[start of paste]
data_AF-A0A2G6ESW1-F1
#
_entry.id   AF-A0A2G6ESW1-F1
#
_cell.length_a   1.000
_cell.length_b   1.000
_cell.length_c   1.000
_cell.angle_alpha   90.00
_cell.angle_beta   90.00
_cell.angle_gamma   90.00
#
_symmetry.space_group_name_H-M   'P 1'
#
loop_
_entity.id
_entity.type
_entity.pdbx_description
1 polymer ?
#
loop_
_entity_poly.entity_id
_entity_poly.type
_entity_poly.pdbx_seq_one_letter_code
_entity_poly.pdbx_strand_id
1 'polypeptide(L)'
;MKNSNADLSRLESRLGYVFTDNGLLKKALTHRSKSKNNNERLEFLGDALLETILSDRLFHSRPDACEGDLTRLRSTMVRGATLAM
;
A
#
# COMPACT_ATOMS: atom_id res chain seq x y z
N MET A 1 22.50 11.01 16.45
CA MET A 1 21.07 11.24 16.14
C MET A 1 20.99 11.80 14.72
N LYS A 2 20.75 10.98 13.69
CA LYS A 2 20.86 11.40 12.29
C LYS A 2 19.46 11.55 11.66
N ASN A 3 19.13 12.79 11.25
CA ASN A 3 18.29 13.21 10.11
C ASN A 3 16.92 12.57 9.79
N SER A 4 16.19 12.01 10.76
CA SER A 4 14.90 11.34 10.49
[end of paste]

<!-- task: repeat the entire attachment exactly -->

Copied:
data_AF-A0A2G6ESW1-F1
#
_entry.id   AF-A0A2G6ESW1-F1
#
_cell.length_a   1.000
_cell.length_b   1.000
_cell.length_c   1.000
_cell.angle_alpha   90.00
_cell.angle_beta   90.00
_cell.angle_gamma   90.00
#
_symmetry.space_group_name_H-M   'P 1'
#
loop_
_entity.id
_entity.type
_entity.pdbx_description
1 polymer ?
#
loop_
_entity_poly.entity_id
_entity_poly.type
_entity_poly.pdbx_seq_one_letter_code
_entity_poly.pdbx_strand_id
1 'polypeptide(L)'
;MKNSNADLSRLESRLGYVFTDNGLLKKALTHRSKSKNNNERLEFLGDALLETILSDRLFHSRPDACEGDLTRLRSTMVRGATLAM
;
A
#
# COMPACT_ATOMS: atom_id res chain seq x y z
N MET A 1 22.50 11.01 16.45
CA MET A 1 21.07 11.24 16.14
C MET A 1 20.99 11.80 14.72
N LYS A 2 20.75 10.98 13.69
CA LYS A 2 20.86 11.40 12.29
C LYS A 2 19.46 11.55 11.66
N ASN A 3 19.13 12.79 11.25
CA ASN A 3 18.29 13.21 10.11
C ASN A 3 16.92 12.57 9.79
N SER A 4 16.19 12.01 10.76
CA SER A 4 14.90 11.34 10.49